Homerun Battle 3D, root access, and poor communication leads to knee-jerk reactions

image credit umpire.org

Com2Us are the distributors and developers on a semi-popular game in the Android Market -- Homerun Battle 3D.  Recently, in order to try to kill the rampant cheating that goes on in the multi-player online games, they made a huge mistake.  Com2Us sent out an update that blocked anyone who had rooted their phone from playing.  As you can imagine, the uproar from people who had already spent $5 to buy the game (it's pretty well done, and this issue notwithstanding, probably worth the 5 bucks) and no longer could was instant, and loud.  We started getting reports about the issue, and started poking around to see what was up.

Com2Us may have a knack for developing fun and exciting games for mobile devices, but they have an issue with communication.  I've tried in vain to contact them about issues with this particular game before, things like the game asking for root with no reason (now we know why they wanted to see who was rooted) or getting a GPS fix while claiming they aren't, and got no response through their official support channels.  Gentlemen, that almost caused unneeded embarrassment to both your company and myself this afternoon.

Today, several more complaints were received about the block to rooted users, and at least one was ranty enough to grab my attention.  We decided we needed to say something now, and crazy uncle Jerry caffeinated himself and started working the keys, ready to crucify a company that treats people who root their phone like some sort of undesirable.  That's just how I feel, and Phil kindly allows me the freedom to vent sometimes when I need to vent.  Hell of a guy, that Phil.  So I get going, blasting the developers (and working up rant-worthy Photoshop of their game graphics with a big red FAIL plastered over it) and start looking for the support information to tell you guys where to direct your outrage, when I found the information I should have looked for in the first place -- Com2Us addressed this horrible trampling of users rights and petty theft issue the day after it happened, on Nov 8.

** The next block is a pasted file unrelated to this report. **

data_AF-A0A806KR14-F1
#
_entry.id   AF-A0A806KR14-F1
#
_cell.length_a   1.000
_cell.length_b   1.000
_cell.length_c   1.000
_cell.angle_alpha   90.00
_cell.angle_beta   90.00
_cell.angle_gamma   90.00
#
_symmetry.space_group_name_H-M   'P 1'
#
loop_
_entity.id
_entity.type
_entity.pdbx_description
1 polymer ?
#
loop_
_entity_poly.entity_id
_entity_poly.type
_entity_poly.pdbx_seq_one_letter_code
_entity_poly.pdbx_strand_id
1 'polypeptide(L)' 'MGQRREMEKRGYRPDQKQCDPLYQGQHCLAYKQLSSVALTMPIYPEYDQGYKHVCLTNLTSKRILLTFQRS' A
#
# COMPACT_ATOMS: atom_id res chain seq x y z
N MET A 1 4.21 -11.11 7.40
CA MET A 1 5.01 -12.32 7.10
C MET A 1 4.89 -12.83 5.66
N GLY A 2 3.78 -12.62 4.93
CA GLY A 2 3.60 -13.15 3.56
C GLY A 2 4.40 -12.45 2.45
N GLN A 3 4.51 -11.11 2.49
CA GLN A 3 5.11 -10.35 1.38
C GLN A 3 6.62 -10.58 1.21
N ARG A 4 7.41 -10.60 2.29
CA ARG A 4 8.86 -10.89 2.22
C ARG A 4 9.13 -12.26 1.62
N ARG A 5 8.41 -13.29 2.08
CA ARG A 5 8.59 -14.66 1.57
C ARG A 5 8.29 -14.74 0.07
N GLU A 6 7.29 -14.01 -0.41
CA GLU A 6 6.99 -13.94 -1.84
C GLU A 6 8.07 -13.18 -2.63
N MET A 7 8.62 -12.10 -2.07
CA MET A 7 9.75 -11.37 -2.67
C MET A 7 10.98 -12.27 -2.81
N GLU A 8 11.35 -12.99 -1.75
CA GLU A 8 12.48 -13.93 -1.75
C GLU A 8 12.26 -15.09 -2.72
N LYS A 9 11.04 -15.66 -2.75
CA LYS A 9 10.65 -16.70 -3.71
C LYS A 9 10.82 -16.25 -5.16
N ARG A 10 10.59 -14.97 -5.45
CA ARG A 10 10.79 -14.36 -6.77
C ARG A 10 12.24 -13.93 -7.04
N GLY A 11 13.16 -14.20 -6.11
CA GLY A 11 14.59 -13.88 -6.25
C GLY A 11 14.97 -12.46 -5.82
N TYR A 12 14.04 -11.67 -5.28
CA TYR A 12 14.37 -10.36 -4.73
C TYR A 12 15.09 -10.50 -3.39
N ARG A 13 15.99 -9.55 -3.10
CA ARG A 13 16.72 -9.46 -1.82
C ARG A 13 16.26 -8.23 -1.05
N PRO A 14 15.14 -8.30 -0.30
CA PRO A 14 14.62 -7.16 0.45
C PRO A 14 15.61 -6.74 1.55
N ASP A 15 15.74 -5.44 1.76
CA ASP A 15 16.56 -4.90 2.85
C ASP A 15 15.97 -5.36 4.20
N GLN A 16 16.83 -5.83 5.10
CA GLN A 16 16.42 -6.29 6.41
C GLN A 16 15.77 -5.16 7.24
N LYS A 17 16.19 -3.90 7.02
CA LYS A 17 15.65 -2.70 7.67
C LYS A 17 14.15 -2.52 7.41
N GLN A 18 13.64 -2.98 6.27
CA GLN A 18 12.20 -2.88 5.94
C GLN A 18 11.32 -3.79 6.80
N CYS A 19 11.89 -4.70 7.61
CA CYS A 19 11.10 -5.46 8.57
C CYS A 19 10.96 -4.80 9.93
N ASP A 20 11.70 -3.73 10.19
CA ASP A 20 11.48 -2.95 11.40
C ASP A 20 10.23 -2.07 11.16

Of course, I scrapped my hit-piece, did a few things to lower my blood pressure, then let Phil know what was up and that I went apeshit over nothing.  His response was to tell me that it wasn't all for naught, and to let everyone know how this all played out, because there was a lesson to be learned for many of us.  I know what I did wrong -- I let my passion for fairness (or my twisted idea of fairness) get in the way of doing my job, and luckily I caught myself in time.  Rather than post something I would have to go back and edit to explain that I got ahead of myself, I just wasted a half hour ranting to myself and my dog. 

Here's where you come in.  Life isn't fair, and lots of things are going to happen that piss us off.  I get it, because I feel it too.  What you need to do (and not all of you, just the ones with passion and a big mouth like me) is remember that sometimes a maniacal response and a letter filled with hate isn't the way to go.  Com2Us blocking you from playing a game you spent your hard earned money on was wrong.  Very wrong.  Raving like a madman about it two days later, after they had fixed the problem is just as wrong -- I know because I almost did it.  Not everything requires a class-action suit, or a Twitter campaign, or long winded rants to the editor of your favorite Android website.  When something does need that sort of action, check your facts before you start, or next time we might both look like idiots.

Jerry Hildenbrand
Senior Editor — Google Ecosystem

Jerry is an amateur woodworker and struggling shade tree mechanic. There's nothing he can't take apart, but many things he can't reassemble. You'll find him writing and speaking his loud opinion on Android Central and occasionally on Twitter.